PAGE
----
I recently spent the weekend with a friend and felt an amazing connection. This is someone I have met only twice before, yet it felt like we’d known each other for lifetimes. It felt strange and odd feeling so connected with someone I barely knew, with nothing sexual about the relationship and no neediness from either of us. Just the simple confirmation and joy of a deep connection with another person, and reflection from an equally beautiful woman.
Part of what made this connection so strong was a natural intimacy between us. There. I said it. Intimacy! That little word, so loaded with ideas and expectations. It got me pondering why I’m so uncomfortable with the word intimacy, and also the relationship that I have with it, and myself. I’d only really ever associated the word ‘intimacy’ with its euphemistic references to sex, and/or sexual relationships, and I hadn’t ever considered before whether I could be intimate with a friend, regardless of whether they were the same gender as me.
It felt strange to even think that I might even consider myself as intimate with someone who wasn’t my partner and for whom I had no sexual feelings, without it feeling at best, totally weird, or at the very least, a little bit ‘mushy’ and gross.
But isn’t intimacy – that close connection with another person – what we all deeply crave?
What felt uncomfortable was the idea of opening myself up, being all of me, without hiding or holding back. Allowing myself to be truly seen for who I am, not who I think I should be, or think that the other person wants me to be.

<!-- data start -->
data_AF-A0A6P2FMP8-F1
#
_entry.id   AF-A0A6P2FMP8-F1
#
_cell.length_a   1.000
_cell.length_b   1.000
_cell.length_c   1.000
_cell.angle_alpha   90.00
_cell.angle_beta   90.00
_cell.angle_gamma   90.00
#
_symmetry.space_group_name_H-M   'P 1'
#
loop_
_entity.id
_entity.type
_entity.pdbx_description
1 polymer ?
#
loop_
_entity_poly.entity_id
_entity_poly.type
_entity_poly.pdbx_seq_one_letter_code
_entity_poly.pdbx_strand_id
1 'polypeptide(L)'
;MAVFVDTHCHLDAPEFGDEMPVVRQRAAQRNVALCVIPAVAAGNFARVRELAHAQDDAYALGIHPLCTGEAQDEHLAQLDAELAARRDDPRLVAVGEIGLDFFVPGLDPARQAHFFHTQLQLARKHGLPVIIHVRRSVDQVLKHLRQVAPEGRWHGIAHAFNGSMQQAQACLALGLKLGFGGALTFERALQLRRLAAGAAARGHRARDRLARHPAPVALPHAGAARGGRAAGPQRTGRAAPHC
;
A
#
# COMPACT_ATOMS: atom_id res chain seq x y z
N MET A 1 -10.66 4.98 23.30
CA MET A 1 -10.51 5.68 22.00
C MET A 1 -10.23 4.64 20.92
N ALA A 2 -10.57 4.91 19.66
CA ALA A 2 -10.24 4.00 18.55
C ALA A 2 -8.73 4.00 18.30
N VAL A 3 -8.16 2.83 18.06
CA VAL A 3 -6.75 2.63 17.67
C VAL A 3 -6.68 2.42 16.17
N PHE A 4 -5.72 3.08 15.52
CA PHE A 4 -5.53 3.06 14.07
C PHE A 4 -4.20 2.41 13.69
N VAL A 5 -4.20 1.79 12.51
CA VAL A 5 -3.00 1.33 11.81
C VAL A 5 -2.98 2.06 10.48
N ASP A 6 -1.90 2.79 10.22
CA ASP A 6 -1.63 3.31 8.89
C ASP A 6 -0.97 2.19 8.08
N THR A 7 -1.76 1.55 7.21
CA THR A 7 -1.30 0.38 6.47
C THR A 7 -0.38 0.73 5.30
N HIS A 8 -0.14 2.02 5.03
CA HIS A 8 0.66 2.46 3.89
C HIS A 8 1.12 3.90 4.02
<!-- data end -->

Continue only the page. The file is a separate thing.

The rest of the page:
In spite of my uncertainty, allowing myself just to be me without holding back or measuring, was so easy, and so much less hard work than trying to be a certain way for other people. When I stopped measuring, calibrating, holding back for fear of upsetting the other person or fearing being judged by them, the conversation just flowed. The way we expressed to each other was with grace and understanding – like a sort of dance, just sharing whatever was there to be felt and said. It was a totally different way of relating to someone and quite different from the usual way I relate to people: from my head, saying what I think needs to be said for us to get things done but never rock the boat.
It felt so natural and easy to share all of me with her, without holding back, and without fear of being judged or criticised. I had a sort of ‘wow’ feeling, where I felt, “wow – imagine if I could be this way with everyone!” And then, “why aren’t I being this way with everyone, when it’s so straightforward and fun? Why am I constantly calculating, reading, assessing and measuring…afraid to be who I really am in case someone reacts?”
It’s kind of exhausting, like leading a double life, having different versions of myself for different people and different situations.
In allowing myself to just be all of me with this friend, I got to feel how much I hold myself back and hide behind a mask of who I think I need to be to ‘fit in’ and be accepted. And, how much I’ve been waiting for other people to validate who I am, or who I thought I should be.
If we choose to be less than who we are, or to be the version of ourselves we think we should be, if we’re waiting for permission – for someone else to tell us it’s okay to be ourselves – then it’s like we’re wasting ourselves and our lives. Some may react when we choose to be all of ourselves, and others not. But what’s worse than others’ reactions is that feeling of suffocating ourselves by trying to fit some uncomfortable mould that we’ve poured ourselves into.
To open ourselves up to another, to fully share ourselves with them and the world, feels a little terrifying. What if they reject us or hurt us? What if the world has a meltdown at us finally being ourselves?
But it’s also our only true way of being in the world and in relationships, and really what the other person wants us to be, too: our true selves, honest and real, warts and all. No hiding.
Because how can we take our relationships to true intimacy, the level that we all deserve, if we’re not truly being ourselves and only brave enough to share portions of us at a time?
And what if truly being ourselves allows others to be all of themselves, too?
by Bryony, London, UK
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